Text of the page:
By JENNIFER SZULMAN
New life was breathed into Tullio Lombardo’s 15th century sculpture, Adam, on Tuesday as crowds gathered at the Metropolitan Museum of Art to see the unveiling of the newly restored marble figure.
After undergoing 12 arduous years of conservation and restoration, this important sculpture from the Italian Renaissance was back on display as the focus of the museum’s new exhibition, “Tullio Lombardo’s Adam: A Masterpiece Restored.”
In October 2002, the pedestal supporting the statue gave out, shattering it into many parts. Consequently, several conservators, imaging experts, engineers and scientists worked meticulously for over a decade to return the statue to its original form.
“We are proud to return this great Tullio sculpture to public view in a beautiful new gallery,” said Thomas P. Campbell, Director and CEO of the Met in a news release. “Our extraordinary conservators collaborated with a team of experts over 12 years to pursue this extremely challenging work. The results of their care and innovation are stunning.”
On display near the statue were videos detailing and explaining the scrupulous processes that went into restoring the figure of the first man on earth made in God’s image. When the statue fell, it was shattered into 28 large pieces and hundreds of smaller fragments. The sculpture’s arms, lower legs and tree trunk were the most heavily damaged. The restoration proved to be a challenging mission for all involved as new methods had to reduce handling of the already fragile parts.
The diligent efforts did not go unnoticed by many museum visitors.
“This is an extraordinary advance in the science and the art of conservation,” said Roger Thomas, a museum patron. “It is delightful to see that science has triumphed over accident. It would have been a great loss not to restore it. It is wonderful that the Met had the wherewithal, time and talent to pursue it in such a thoughtful and patient way to achieve such an extraordinary result.”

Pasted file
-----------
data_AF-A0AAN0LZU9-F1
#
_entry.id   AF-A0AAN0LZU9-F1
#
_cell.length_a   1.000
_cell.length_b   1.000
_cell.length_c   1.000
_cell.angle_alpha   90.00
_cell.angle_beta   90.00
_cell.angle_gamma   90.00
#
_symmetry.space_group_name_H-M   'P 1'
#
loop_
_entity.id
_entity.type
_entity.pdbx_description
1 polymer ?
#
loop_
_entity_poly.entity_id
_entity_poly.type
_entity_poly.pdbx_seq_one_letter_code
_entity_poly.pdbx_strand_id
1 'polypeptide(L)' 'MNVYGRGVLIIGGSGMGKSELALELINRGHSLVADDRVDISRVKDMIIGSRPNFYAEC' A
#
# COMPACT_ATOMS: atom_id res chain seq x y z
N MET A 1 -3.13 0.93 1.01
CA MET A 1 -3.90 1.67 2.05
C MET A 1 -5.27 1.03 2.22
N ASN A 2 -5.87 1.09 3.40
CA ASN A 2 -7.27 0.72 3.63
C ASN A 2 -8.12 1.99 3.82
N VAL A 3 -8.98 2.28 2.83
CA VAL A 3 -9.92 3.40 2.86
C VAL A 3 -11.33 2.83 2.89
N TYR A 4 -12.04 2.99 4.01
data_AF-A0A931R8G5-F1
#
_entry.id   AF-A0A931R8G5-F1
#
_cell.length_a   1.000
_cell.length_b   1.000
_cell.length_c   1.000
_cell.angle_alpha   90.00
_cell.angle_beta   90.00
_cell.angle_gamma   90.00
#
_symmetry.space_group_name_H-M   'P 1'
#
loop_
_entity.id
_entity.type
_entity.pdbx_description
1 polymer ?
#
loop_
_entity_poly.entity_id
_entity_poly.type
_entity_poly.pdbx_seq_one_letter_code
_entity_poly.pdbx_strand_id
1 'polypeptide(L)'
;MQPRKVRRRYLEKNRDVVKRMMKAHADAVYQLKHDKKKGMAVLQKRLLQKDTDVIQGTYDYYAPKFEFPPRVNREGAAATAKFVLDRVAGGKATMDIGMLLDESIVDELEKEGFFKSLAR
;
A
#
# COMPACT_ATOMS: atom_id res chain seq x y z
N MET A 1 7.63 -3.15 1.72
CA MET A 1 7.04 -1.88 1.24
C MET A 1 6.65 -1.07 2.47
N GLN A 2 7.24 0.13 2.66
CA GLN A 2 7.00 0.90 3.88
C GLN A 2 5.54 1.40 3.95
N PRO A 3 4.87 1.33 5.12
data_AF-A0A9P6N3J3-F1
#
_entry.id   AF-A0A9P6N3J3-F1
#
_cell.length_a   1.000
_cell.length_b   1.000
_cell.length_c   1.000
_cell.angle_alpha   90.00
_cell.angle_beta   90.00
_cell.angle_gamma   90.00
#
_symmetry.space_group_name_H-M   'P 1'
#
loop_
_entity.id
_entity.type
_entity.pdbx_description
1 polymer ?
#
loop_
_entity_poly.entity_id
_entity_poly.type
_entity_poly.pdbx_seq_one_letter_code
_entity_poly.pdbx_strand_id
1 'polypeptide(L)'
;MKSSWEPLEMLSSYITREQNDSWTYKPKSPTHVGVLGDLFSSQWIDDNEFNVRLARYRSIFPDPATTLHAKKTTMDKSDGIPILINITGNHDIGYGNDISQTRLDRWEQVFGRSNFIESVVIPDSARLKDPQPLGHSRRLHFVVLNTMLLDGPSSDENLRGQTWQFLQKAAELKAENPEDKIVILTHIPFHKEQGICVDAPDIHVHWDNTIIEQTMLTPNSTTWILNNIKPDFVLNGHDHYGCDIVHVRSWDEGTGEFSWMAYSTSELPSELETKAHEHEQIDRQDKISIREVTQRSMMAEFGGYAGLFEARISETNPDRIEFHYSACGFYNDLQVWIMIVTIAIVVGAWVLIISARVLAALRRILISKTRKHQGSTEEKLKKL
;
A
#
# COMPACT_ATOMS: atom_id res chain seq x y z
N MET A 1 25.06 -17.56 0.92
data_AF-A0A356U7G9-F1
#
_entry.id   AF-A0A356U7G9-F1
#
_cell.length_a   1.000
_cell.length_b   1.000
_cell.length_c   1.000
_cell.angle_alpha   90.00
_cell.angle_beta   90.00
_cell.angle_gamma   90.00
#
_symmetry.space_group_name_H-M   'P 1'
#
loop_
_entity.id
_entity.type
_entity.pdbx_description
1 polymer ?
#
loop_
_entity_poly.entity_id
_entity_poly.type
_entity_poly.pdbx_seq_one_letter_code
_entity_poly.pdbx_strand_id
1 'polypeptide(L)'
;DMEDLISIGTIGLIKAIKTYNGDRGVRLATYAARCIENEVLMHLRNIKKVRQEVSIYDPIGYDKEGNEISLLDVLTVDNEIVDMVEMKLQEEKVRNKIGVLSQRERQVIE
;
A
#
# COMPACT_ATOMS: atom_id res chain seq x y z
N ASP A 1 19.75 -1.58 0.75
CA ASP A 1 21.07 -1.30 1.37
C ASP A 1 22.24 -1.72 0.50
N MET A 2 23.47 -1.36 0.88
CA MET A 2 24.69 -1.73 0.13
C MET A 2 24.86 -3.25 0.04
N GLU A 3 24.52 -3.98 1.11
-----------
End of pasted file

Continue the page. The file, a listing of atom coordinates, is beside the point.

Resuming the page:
Lombardo created the statue Adam in the early 1490’s to stand in the niche to the left of doge Andrea Vendramin’s tomb. According to the news release, “it is the first life-sized nude marble statue since antiquity and the most important Italian Renaissance sculpture in North America.” Lombardo’s piece portrays the Genesis story of the Creation of Man and his fall. It is said that the sculptor captured Adam’s anxiety through balancing the arrangement of his limbs and torso. As the biblical story goes, Adam was created by God to be the perfect human being but was exposed to original sin after eating the forbidden fruit from the Tree of Knowledge. In the sculpture, we see the fruit in Adam’s hand but it is left ambiguous as to whether or not he has eaten it.
The piece based on a widely known story from the Bible provoked some museum patrons to form their own opinions about the intended message of the artist.
“This is a moment frozen in time,” said Cristiana Ginatta, a museum patron originally from Italy. “We don’t know if Adam already ate the apple or if he’s about to, but this moment made a big impact on the history of humanity. There is that ambiguity which I think was the intention of the artist not to disclose.”
Despite the restoration project attracting publicity and attention in New York City, it remains to be seen whether Adam will continue to draw in newcomers to the museum once the hype dies down.
“Adam is not a remarkable piece of sculpture,” said Lou Lalli, a visitor to the museum. “There are many more pieces that are sculpturally of greater importance and merit. I think once the notoriety of the restoration is complete and over, it will fall back into being just one more anonymous piece in this very large collection.”
Adam will move into the niche on the east wall once the exhibition finishes – highlighting its original placement on the Vendramin tomb. The special exhibit is located in the New Venetian Sculpture Gallery on the 1st floor of the Metropolitan – Gallery 504. The exhibition will run until July 2015.